Catastrophic fires and devastating floods. Widespread food and water shortages. Destruction of habitats and species extinction at a rate not seen in millions of years. “Do you really want your kids to see that?” was Joanne Chory’s answer to the importance of addressing climate change while being awarded the most prestigious honor in her field, the Breakthrough Foundation’s Life Sciences Prize.
In 2017 Chory, Director of the Plant Biology Laboratory at The Salk Institute, laid out a vision for a new kind of agriculture. She wanted to create “ideal plants” — crops like wheat or rice that are bred to store huge amounts of carbon in their roots. If enough farmers replanted their fields with these engineered species, she said, they could pull as much as 20 percent of the carbon dioxide emitted by humans out of the atmosphere each year.
That speech would get the attention of foundations and pull in millions of dollars in funding, enabling Chory and her colleagues at the Salk Institute for Biological Studies in La Jolla, California, to expand their lab and facilitate their research. They would identify the genes that make plant roots deep and thick and rich in sugar. Their greenhouses and growth chambers would be crowded with seedlings, and their project would be heralded as a revolutionary solution to the biggest problem on the planet.1
The science demands for Salk dictated a flexible and precise light property adjustability for their research. To accomplish this, we integrated state-of-the-art fixtures that allowed manipulation of light elements such as red/far-red ratio, management of light flickering, and precise geo-defined outdoor light spectra mimicking using multi-channel light-source combinations. - Graham Willson, Conviron Account Manager, USA
One of Chory’s main elements for her research relies on photosynthesis, which she describes as “an everyday miracle." "Powered by nothing more than sunshine, it converts water and carbon dioxide into flower petals and tree trunks, wide green leaves, and spindly stems. Almost all life on Earth owes its existence to this process.”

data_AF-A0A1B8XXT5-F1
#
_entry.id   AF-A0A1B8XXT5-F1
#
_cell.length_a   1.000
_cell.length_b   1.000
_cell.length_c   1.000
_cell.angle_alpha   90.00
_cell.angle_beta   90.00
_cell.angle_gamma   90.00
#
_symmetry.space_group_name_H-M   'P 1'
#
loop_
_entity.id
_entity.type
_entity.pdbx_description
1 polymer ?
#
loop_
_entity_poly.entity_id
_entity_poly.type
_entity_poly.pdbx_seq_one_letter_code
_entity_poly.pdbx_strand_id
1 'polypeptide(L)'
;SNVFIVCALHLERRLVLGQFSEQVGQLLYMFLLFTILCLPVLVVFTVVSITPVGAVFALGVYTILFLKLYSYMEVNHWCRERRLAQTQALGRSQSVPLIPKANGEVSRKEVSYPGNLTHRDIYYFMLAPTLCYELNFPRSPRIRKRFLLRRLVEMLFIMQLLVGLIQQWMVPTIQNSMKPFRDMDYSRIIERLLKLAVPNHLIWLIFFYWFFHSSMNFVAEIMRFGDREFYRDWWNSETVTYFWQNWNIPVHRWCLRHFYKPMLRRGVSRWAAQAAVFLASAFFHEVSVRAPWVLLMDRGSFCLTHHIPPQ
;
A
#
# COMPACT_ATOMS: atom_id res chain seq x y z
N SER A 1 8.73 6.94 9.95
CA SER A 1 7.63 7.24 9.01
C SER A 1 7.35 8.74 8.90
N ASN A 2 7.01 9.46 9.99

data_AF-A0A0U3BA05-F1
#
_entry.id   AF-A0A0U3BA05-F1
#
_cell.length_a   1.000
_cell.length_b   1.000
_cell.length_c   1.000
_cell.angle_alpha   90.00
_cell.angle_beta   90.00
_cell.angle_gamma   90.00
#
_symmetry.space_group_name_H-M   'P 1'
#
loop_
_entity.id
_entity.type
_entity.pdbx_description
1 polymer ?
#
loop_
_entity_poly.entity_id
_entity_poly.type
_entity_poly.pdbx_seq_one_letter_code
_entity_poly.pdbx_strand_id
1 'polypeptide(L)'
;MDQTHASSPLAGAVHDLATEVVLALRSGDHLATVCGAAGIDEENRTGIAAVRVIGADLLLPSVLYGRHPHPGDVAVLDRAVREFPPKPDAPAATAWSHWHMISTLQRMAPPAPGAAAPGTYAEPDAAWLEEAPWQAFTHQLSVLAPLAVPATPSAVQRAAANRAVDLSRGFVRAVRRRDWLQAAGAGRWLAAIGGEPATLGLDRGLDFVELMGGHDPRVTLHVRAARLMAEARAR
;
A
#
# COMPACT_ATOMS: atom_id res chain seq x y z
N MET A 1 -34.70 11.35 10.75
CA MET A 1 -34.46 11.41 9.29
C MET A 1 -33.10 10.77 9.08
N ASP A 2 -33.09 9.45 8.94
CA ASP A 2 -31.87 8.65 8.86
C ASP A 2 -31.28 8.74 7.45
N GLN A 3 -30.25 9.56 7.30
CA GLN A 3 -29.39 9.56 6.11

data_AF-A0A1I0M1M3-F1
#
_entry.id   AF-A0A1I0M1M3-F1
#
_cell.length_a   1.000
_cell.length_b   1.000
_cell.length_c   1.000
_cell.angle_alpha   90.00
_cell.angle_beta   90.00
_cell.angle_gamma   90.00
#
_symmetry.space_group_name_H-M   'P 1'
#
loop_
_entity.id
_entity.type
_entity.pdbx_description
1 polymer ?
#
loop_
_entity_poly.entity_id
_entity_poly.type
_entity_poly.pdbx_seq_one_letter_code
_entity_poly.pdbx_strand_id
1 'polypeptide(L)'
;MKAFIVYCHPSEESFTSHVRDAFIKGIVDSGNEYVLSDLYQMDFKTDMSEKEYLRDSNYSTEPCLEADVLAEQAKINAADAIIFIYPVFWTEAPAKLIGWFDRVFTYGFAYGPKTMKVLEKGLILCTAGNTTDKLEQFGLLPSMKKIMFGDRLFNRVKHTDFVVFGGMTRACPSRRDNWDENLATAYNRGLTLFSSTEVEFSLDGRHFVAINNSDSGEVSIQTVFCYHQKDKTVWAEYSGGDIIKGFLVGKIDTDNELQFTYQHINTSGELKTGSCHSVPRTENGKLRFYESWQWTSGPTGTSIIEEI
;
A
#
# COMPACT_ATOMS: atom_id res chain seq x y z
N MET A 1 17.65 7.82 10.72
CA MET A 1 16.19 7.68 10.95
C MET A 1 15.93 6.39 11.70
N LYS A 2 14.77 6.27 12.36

For her research at the Salk Institute, Chory has been relying on Conviron walk-in and reach-in chambers. The climate-controlled chambers installed at the institute simulate the great majority of climates, allowing Salk researchers to manipulate light, temperature, and humidity.2
About Salk Institute
The Salk Institute for Biological Studies opened its doors in 1963. The major study areas are aging and regenerative medicine, cancer biology, immune system biology, metabolism, diabetes, neuroscience, neurological disorders and plant biology. Salk research provides new understanding and potential treatments for a range of diseases, from AIDS and Alzheimer’s to cancer and cardiovascular disorders. Discoveries by plant biologists are paving the way to improving the quality and quantity of the world’s food supply and addressing critical environmental problems, including global warming.
The Institute is supported by research grants from the National Institutes of Health, private foundations and individuals who value scientific trailblazing. The March of Dimes, which has backed the Institute since its inception, continues to contribute financially every year.
1. Kaplan, Sarah. “Joanne Chory is using plants to save the planet”. The Washington Post. April 28, 2021.
2. Fikes, Bradley, "Salk Institute unleashes plants on climate issues". The San Diego Union Tribune, November 7, 2017.